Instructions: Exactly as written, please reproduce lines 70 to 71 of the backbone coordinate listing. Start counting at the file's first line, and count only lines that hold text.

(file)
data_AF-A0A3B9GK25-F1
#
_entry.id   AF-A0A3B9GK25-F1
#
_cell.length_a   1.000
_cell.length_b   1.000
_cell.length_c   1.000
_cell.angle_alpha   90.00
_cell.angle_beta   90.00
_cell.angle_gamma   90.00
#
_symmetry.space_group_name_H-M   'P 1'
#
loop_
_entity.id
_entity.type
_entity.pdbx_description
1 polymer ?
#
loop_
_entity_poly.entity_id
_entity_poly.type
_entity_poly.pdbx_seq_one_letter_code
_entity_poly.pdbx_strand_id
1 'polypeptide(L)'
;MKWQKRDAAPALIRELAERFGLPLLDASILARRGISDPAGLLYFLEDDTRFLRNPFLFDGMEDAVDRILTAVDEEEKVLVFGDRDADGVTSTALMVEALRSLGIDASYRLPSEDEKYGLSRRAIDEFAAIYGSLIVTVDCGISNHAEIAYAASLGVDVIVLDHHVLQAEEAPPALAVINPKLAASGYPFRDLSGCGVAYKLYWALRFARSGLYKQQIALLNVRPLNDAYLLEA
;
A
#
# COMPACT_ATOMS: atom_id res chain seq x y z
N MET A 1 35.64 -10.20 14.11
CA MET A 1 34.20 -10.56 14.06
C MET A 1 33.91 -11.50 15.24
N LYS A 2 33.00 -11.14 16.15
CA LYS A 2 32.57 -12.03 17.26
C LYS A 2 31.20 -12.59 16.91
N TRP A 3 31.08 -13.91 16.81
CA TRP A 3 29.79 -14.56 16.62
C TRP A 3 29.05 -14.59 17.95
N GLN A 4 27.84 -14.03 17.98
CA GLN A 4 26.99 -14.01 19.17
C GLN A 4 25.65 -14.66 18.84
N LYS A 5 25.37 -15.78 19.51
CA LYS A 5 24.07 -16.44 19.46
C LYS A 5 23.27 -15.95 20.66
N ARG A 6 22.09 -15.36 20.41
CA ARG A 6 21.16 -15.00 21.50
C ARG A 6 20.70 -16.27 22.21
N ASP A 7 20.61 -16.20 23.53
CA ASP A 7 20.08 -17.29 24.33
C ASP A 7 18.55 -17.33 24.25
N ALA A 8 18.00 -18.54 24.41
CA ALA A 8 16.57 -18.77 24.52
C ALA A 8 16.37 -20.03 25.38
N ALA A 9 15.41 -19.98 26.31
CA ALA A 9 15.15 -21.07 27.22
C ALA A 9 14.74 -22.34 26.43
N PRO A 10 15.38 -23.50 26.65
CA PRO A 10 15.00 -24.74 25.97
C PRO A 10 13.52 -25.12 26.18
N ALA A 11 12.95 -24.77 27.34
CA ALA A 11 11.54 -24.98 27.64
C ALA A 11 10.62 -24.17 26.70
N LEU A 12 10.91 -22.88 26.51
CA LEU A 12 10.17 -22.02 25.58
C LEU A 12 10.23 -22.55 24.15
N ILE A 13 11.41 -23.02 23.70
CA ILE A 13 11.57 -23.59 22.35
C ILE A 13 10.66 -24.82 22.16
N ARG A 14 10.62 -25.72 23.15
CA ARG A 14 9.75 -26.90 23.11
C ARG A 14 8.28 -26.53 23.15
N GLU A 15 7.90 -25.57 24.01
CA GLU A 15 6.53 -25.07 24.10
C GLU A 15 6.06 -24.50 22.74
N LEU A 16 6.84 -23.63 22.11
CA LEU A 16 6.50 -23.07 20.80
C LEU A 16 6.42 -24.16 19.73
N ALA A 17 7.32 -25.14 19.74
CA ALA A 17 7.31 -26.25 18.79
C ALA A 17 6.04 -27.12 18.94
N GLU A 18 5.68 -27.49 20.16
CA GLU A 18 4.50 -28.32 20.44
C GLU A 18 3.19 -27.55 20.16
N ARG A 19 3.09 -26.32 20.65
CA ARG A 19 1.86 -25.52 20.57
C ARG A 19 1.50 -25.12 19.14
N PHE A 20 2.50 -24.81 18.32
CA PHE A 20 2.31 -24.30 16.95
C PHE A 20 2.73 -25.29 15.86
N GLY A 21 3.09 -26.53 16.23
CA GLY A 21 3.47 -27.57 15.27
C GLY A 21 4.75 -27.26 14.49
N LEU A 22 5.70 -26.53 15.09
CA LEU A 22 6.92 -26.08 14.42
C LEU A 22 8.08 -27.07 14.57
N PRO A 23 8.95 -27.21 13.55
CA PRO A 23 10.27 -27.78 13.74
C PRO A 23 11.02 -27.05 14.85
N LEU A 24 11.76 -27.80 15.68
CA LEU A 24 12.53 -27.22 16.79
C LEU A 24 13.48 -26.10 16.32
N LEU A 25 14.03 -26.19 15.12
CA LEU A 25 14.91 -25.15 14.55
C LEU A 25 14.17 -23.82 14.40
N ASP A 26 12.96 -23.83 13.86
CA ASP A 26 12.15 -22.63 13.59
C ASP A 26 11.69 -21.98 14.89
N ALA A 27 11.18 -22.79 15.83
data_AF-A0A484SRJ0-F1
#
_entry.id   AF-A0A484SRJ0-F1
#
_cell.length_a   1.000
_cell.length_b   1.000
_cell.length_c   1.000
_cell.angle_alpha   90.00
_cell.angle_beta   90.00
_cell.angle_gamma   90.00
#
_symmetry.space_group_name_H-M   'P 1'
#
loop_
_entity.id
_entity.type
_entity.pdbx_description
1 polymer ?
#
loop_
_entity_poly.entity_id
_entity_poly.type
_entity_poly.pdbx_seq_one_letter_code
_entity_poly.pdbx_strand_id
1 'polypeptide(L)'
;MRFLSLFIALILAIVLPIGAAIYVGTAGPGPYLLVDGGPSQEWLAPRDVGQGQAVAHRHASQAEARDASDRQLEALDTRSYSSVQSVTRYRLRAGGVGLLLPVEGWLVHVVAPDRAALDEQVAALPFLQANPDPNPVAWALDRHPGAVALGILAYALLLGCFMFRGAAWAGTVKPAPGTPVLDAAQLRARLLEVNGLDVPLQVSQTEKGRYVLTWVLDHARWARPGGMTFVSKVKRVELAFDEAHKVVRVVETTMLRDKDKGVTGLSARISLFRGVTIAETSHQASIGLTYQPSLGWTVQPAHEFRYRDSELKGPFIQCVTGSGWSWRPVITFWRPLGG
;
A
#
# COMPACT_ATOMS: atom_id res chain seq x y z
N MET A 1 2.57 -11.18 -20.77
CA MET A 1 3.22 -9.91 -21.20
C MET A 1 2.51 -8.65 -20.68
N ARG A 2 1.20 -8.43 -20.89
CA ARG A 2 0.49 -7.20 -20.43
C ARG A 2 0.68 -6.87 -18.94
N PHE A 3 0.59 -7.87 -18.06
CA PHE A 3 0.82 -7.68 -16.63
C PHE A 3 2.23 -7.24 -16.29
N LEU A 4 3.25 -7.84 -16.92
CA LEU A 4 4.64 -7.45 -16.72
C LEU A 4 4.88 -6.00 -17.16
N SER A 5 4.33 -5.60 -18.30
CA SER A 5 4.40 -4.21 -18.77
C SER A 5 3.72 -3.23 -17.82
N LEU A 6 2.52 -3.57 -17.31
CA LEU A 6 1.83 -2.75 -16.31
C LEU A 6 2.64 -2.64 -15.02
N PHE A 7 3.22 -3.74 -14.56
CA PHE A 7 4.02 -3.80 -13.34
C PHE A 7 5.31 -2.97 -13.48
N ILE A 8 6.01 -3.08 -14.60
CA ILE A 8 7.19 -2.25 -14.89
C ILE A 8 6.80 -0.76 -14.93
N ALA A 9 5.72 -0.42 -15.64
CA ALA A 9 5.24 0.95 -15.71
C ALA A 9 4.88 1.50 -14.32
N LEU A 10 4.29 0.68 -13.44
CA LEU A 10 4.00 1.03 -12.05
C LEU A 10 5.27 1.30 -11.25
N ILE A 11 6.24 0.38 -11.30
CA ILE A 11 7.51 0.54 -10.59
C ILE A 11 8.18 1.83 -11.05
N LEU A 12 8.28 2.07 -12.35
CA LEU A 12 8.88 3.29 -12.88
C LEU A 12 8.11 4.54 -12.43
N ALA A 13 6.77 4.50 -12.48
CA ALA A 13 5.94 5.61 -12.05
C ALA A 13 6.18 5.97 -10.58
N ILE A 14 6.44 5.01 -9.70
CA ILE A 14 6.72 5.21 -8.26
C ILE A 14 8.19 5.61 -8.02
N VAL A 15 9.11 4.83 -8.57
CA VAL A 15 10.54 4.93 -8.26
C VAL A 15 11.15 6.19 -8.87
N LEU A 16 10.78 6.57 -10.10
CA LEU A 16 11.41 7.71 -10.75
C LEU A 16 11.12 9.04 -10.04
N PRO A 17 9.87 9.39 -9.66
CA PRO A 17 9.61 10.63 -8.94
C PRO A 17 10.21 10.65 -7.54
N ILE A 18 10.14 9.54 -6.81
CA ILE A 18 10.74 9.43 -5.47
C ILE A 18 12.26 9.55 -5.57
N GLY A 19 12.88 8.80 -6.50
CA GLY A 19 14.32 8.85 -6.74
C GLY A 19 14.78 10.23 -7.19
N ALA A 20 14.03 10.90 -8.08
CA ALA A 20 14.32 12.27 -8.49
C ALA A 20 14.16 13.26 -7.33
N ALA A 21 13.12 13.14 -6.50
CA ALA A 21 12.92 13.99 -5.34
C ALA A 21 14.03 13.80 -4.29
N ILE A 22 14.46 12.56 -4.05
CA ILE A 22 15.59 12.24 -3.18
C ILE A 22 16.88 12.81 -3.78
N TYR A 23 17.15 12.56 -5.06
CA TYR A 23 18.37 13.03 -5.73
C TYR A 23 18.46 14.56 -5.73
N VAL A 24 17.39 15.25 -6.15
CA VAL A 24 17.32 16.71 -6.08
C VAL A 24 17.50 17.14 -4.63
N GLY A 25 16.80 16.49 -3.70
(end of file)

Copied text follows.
N ARG A 14 10.62 -25.72 23.15
CA ARG A 14 9.75 -26.90 23.11